Men of colour paved the path for Harry Styles’ genderless fashion

Let’s credit the racialized men who spearheaded androgynous expression

Feminine and androgynous fashion do not start with Harry Styles.

When I saw Harry Styles on the cover of Vogue wearing a dress, I knew the moment was monumental. His editorial, though striking, was also reminiscent of androgynous looks previously spearheaded by racialized pop culture icons. 

Immediately following his Vogue cover, the media exploded with coverage of Styles’ periwinkle blue gown and what it meant for the future of gendered fashion. But in this cultural conversation, there seemed to be an erasure of men of colour who paved the path for Styles’ sartorial choices. I immediately thought of men like Jaden Smith, Prince, and Freddie Mercury. 

Styles’ cover represented something revolutionary for fans. In a sea of social media coverage, I vividly remembered Jaden Smith’s decision to model as the face of Louis Vuitton in 2016—wearing a skirt. His decision made me question the confines of masculinity, and appreciate art and fashion in a completely new light. 

Then 17-year-old Smith, son of the unforgettable Will Smith, grappled with intense backlash online at the intersection of racial and gendered expectations.

Nicolas Ghesquière, creative director of Louis Vuitton, told the New York Times in an interview that Jaden Smith “represents a generation that has assimilated the codes of true freedom, one that is free of manifestoes and questions about gender. Wearing a skirt comes as naturally to him as it would to a woman who, long ago, granted herself permission to wear a man’s trench or a tuxedo.”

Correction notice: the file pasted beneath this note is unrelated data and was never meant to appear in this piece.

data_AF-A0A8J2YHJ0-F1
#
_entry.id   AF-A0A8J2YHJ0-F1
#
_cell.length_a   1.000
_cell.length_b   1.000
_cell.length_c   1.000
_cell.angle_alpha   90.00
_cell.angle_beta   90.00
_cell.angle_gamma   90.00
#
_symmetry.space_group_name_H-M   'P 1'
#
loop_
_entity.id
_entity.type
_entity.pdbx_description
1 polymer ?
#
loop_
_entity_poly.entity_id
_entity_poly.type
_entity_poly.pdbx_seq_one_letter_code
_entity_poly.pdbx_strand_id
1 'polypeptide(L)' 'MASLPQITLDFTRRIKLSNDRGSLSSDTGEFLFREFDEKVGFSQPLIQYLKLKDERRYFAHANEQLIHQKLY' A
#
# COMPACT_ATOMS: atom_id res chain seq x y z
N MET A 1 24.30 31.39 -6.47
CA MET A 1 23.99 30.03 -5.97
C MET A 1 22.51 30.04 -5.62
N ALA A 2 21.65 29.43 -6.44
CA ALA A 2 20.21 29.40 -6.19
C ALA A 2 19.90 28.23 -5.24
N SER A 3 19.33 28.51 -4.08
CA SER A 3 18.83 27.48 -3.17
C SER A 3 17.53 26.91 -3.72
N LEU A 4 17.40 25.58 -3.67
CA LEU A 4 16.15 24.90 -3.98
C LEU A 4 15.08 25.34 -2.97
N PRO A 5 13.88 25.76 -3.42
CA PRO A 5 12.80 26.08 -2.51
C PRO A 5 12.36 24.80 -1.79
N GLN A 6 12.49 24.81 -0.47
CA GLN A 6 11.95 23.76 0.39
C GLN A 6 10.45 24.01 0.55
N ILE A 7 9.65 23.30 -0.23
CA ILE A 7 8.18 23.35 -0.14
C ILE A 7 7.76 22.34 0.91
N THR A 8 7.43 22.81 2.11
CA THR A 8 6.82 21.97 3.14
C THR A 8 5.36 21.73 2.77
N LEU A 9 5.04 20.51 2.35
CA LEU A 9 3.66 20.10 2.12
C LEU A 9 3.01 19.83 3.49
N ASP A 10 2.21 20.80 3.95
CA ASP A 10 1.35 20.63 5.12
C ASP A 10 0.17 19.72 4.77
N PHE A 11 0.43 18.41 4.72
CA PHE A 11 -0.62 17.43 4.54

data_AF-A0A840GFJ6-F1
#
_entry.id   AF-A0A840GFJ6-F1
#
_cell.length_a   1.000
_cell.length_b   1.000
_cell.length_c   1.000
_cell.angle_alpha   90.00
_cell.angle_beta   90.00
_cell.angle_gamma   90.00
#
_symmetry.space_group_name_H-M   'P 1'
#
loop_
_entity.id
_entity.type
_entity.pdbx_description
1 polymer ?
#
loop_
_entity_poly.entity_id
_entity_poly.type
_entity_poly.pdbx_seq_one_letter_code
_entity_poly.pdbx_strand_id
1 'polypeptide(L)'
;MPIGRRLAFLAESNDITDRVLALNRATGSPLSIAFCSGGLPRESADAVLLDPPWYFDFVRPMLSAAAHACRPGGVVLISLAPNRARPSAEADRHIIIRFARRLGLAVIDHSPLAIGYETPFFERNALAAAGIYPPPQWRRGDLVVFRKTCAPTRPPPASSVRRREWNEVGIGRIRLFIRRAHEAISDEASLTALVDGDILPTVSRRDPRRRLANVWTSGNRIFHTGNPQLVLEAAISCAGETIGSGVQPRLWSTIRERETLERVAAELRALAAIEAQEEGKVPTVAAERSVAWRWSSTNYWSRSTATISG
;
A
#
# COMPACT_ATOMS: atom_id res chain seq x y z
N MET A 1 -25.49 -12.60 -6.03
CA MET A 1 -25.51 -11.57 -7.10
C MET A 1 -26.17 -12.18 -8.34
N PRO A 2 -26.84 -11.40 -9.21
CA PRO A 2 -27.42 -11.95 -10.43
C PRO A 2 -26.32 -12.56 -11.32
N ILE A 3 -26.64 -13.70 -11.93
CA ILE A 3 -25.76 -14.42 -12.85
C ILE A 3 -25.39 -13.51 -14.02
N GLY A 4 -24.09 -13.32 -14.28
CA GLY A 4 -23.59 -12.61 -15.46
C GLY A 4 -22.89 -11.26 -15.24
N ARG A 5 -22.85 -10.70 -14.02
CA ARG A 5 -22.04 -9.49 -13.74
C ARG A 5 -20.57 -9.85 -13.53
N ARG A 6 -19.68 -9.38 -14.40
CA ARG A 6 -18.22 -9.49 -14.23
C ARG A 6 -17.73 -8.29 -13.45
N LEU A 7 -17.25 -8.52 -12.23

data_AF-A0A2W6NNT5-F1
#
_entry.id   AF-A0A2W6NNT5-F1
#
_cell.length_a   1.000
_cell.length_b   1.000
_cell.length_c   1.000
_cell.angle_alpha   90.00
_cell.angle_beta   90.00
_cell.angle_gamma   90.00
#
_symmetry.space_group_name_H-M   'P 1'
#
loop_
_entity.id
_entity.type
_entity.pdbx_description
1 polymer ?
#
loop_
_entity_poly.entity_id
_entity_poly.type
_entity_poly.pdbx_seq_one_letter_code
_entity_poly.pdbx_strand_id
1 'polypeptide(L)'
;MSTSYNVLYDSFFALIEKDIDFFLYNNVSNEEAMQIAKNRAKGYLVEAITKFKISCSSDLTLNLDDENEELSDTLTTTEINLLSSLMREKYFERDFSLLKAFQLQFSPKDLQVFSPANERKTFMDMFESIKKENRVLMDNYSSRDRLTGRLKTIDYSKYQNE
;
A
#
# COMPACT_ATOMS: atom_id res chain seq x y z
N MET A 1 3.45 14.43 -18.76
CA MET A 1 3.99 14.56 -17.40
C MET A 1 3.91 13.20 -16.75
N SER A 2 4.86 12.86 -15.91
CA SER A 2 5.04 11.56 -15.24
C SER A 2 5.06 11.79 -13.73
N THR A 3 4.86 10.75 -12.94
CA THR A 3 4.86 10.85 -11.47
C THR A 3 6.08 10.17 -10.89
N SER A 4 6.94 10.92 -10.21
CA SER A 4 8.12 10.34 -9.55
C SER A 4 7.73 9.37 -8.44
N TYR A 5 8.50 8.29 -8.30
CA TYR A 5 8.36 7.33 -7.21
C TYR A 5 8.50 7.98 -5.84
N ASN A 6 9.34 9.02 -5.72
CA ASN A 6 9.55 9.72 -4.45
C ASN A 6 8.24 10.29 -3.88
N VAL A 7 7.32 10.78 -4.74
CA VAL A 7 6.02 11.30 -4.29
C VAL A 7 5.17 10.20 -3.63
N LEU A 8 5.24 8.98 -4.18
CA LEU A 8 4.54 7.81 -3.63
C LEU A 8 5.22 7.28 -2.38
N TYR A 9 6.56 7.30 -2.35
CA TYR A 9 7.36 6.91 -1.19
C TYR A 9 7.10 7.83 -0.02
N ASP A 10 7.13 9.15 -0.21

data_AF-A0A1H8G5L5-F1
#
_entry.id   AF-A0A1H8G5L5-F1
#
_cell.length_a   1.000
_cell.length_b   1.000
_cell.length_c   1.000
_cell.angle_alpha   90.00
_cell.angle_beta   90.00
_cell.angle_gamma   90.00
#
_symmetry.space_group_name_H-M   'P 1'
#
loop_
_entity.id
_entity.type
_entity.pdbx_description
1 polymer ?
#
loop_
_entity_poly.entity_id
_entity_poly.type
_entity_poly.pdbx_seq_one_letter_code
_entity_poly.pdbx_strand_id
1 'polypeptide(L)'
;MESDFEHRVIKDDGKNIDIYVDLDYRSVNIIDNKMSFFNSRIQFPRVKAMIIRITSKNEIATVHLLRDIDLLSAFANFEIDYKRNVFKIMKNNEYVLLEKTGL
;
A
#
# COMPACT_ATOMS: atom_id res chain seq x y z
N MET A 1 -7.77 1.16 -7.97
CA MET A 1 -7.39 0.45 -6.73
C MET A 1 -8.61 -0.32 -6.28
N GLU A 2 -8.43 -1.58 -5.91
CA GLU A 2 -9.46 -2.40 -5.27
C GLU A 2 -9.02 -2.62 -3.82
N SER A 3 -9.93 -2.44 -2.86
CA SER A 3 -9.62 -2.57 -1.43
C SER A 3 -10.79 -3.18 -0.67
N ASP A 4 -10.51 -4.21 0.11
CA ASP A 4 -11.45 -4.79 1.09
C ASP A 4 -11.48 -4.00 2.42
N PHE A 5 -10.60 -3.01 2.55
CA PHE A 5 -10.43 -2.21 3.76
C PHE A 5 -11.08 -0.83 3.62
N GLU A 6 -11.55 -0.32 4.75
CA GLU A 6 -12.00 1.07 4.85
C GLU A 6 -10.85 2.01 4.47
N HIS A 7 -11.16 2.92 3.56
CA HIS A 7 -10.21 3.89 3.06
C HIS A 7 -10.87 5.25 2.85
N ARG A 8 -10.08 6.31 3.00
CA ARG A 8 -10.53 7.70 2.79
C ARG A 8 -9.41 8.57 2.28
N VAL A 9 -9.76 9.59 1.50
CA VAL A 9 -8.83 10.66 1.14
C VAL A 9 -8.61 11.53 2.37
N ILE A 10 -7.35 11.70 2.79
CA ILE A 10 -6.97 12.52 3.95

Harry Styles was not the first to start conversations about freedom through fashion and genderless style, even though he is one of the most notable recent fashion icons. 

Long before both Styles and Smith, Prince completely disrupted ideas of gender in his fearless fashion choices. Sporting high heels, ruffled shirts, crop tops, and lace gloves, the singer who gave the world “When Doves Cry” also gave us unapologetically eccentric looks—worn with confidence and charisma. 

His most famous outfits were feminine, elaborate, and unprecedented—including his unforgettable pastel sequined suit topped with a pink feather boa. 

In Rami Malek’s brilliant portrayal of Freddie Mercury in Bohemian Rhapsody, we were reminded of Mercury’s quintessential costume looks, which also arguably paved the path for Styles to shine. Stylist Charlotte Pilcher described Mercury’s style as “very single-minded and always tight.”

Mercury’s style was, to be blunt, unheard of. He pushed every boundary imaginable, especially when he wore a plunging silver sequin jumpsuit in 1977. His dynamic looks were even more meaningful when considering the fact that he was born to Indian immigrants. He defied cultural expectations to become an international phenomenon in a very homophobic and racist world.  

Harry Styles is undoubtedly talented, dreamy, and continuing the legacy of androgynous fashion. However, it’s important to credit his racialized predecessors, who bent the rules of gender and fashion and championed individual expression regardless of the backlash. 

Instead of revering Styles as the pioneer of genderless fashion for our generation, it's important to credit his racialized predecessors—and celebrate Styles as one part of the fashion revolution.

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